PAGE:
Earlier this week I posted about the new Milwaukee M12 Bluetooth radio and charger, and some of your comments got me thinking – what features add up to create the BEST cordless jobsite radio or speaker these days?
A lot of people feel strongly about what new tools offer, and what they don’t, but this seems to be especially true for jobsite radios.
Every new jobsite music player offers Bluetooth audio streaming connectivity these days. I had a wireless music player maybe 16 years ago, and it was “okay” at best. Fast forward to smartphone prevalence and ubiquity, and Bluetooth audio streaming is a vast improvement compared to what used to be top of the line.
- Bluetooth audio streaming
Now, does the best-in-your-opinion jobsite radio need an AM or FM radio tuner?
- Radio tuner?
While it doesn’t seem very expensive to throw in a radio tuner, jobsite radios inevitably cost quite a bit more than comparatively featured Bluetooth speakers. At the least, this is because a radio typically requires additional display and user interface elements. Plus, there’s an antenna – movable in most cases.
- Cordless battery compatibility?
Of course a jobsite radio needs to be cordless. But would you make it an 18V-class device, 12V-class, or dual-powered with 12V Max and 18V/20V Max battery ports?
- AC Adapter style?
There has been a lot of comments about the kinds of AC cords jobsite radios can work with.
What do you prefer? A wall adapter that provides a DC input into the radio? These adapters are replaceable if necessary, but you’ll either have to dig around for off-the-shelf compatibility info or pay a little more for a proper brand-supplied replacement.
With Milwaukee’s latest M12 Bluetooth radio, they specify that it has a 12V DC input, which shouldn’t make sourcing a 3rd party replacement all that difficult, you just need to confirm the size of the port. This sounds easier than done for some products – I have an LED worklight and even with a multi-port adapter kit I can’t seem to find a way to charge it up again with 3rd party products.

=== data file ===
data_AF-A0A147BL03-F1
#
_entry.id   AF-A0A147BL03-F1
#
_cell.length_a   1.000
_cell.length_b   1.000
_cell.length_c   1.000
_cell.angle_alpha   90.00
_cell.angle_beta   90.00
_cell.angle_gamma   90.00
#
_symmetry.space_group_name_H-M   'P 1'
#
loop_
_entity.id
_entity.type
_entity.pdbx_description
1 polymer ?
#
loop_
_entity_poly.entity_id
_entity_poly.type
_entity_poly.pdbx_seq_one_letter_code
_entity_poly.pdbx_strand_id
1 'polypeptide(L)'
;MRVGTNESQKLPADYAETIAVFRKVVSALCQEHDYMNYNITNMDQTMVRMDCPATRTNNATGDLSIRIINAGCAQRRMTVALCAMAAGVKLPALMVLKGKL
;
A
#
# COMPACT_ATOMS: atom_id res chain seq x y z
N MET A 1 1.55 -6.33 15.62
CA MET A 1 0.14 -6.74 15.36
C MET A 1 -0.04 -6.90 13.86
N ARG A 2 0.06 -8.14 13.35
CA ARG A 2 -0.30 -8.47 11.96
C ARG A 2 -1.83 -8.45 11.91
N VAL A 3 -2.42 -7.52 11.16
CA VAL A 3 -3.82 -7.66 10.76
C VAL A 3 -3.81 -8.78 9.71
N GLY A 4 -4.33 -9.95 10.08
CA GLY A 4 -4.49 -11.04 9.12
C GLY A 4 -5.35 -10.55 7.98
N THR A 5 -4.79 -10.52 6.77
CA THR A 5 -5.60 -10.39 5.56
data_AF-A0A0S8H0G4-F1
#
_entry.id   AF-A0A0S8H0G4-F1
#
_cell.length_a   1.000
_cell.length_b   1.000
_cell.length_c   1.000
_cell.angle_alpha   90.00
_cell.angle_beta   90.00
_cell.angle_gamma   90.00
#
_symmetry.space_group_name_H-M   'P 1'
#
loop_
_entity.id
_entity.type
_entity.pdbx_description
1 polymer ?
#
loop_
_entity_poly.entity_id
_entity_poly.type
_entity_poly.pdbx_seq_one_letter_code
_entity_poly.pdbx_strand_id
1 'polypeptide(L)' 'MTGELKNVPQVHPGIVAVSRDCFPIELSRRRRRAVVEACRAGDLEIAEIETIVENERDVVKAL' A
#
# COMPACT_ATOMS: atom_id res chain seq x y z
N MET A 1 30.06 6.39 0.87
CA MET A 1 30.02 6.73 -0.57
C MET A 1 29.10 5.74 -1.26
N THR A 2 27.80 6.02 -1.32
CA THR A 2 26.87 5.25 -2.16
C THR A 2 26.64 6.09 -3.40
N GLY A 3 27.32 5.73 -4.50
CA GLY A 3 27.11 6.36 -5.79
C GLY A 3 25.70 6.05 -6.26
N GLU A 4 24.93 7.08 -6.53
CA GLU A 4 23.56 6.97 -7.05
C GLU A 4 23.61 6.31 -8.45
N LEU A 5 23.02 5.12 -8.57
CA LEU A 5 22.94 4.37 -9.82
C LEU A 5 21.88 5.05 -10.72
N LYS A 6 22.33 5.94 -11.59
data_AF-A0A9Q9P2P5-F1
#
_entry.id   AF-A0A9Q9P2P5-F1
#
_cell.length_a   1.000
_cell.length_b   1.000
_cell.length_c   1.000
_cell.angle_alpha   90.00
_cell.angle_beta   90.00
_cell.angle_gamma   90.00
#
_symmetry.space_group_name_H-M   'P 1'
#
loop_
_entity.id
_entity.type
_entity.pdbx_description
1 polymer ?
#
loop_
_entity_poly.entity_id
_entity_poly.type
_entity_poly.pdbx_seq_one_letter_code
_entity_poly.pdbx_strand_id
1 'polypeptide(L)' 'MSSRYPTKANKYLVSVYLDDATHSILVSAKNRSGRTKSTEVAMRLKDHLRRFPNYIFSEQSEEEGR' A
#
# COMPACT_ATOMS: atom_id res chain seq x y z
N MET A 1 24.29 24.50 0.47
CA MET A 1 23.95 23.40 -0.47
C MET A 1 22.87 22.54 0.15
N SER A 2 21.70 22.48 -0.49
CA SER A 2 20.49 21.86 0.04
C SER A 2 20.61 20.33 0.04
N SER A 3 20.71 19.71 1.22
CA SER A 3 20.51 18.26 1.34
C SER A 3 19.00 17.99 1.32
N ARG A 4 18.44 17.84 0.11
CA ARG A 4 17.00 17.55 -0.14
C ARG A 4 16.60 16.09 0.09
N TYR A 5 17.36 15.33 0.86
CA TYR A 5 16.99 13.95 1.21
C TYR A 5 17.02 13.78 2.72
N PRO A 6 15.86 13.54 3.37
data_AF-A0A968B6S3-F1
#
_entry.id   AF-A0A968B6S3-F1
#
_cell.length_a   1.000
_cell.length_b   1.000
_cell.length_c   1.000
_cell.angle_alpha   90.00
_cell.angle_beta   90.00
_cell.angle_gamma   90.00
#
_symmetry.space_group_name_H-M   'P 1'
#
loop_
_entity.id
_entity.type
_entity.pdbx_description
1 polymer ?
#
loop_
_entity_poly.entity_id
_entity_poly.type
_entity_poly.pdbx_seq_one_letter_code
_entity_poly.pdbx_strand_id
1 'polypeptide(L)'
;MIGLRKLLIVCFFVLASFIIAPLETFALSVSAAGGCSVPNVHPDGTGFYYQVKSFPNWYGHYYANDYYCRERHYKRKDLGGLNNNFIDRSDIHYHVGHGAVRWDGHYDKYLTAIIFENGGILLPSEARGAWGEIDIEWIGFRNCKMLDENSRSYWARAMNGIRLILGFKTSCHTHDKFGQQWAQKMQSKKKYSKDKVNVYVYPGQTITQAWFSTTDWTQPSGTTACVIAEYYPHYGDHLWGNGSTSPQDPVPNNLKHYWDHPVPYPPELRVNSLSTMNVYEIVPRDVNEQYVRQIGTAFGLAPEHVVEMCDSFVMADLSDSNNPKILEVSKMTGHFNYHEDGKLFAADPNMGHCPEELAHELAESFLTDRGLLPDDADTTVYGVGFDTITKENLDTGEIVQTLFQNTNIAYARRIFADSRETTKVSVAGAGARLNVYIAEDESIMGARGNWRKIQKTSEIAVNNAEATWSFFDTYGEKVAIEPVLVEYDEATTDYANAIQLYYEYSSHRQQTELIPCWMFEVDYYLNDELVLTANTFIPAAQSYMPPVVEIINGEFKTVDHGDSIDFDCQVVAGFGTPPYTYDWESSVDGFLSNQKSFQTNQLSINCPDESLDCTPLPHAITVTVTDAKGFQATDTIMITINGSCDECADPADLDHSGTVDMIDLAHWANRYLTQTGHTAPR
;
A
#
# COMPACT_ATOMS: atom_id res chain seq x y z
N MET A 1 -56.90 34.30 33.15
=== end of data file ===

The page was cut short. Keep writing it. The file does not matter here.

Because of this, I know a lot of users like it when jobsite radios and speakers feature built-in AC ports that can be used with off-the-shelf cords. One type is a somewhat standardized 2-pin plug, the kind you might find on printers or other electronic devices.
Larger radios will feature a 3-prong port that can be used with standard extension cords.
I think that the design decisions often look at the product size, pricing, and user intent.
Personally, I think that an AC adapter is the best choice for smaller Bluetooth speakers and radios. For one, you get everything you need to start playing your chosen audio source, but most of the appeal is in the smaller footprint. If a device can be powered by DC battery or AC power cord, then it usually means there’s AC to DC conversion inside the product, and that takes up space and adds to the complexity.
Plus, an AC adapter works better for placing a more compact radio or speaker on a shelf or workbench, rather than having a much thicker extension cord snaking around. There’s also the matter that extension cords generally aren’t very short, or at least not the kinds of cords that pro users or DIYers are likely to have lying around.
This is one of those factors where you can’t always please everyone, but I’d guess brands seek to please most with their design decisions.
- Carrying and mounting options